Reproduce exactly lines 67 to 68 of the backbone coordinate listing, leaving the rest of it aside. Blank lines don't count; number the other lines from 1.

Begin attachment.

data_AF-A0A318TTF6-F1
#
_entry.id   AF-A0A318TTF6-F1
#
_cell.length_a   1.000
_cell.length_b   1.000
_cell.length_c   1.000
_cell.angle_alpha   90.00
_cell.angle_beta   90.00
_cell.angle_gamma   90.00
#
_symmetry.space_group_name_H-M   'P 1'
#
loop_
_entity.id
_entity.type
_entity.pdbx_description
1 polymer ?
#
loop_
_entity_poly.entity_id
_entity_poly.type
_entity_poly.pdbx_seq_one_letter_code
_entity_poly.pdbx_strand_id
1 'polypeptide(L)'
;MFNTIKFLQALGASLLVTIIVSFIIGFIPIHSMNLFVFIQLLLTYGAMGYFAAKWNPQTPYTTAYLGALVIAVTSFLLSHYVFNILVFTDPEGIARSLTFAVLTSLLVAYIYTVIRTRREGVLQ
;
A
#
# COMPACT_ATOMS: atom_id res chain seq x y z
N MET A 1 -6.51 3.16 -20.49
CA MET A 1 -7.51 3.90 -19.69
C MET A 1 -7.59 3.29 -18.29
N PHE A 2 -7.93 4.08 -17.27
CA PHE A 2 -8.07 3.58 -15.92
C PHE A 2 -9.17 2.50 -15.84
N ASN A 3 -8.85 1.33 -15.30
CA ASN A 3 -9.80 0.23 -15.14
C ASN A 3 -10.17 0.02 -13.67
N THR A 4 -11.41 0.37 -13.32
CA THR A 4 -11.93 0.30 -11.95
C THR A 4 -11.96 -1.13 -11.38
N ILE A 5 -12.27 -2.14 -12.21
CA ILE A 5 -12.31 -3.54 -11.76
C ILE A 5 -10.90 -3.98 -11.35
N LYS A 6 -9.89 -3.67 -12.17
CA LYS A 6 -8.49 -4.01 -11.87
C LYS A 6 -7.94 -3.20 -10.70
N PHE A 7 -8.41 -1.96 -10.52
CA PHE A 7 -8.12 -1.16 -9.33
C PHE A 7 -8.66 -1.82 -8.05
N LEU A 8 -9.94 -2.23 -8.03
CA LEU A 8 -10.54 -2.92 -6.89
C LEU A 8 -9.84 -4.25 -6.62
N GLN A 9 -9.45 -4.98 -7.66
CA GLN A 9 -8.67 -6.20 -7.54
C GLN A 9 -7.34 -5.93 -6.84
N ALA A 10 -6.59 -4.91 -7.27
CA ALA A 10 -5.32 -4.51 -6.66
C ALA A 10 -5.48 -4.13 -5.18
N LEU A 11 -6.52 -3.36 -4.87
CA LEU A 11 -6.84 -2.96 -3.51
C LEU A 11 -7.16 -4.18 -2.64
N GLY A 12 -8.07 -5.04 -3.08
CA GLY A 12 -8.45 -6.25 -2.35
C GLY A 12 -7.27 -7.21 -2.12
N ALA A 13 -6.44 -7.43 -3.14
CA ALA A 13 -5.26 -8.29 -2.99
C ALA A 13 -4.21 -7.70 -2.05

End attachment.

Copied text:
N ALA A 13 -6.44 -7.43 -3.14
CA ALA A 13 -5.26 -8.29 -2.99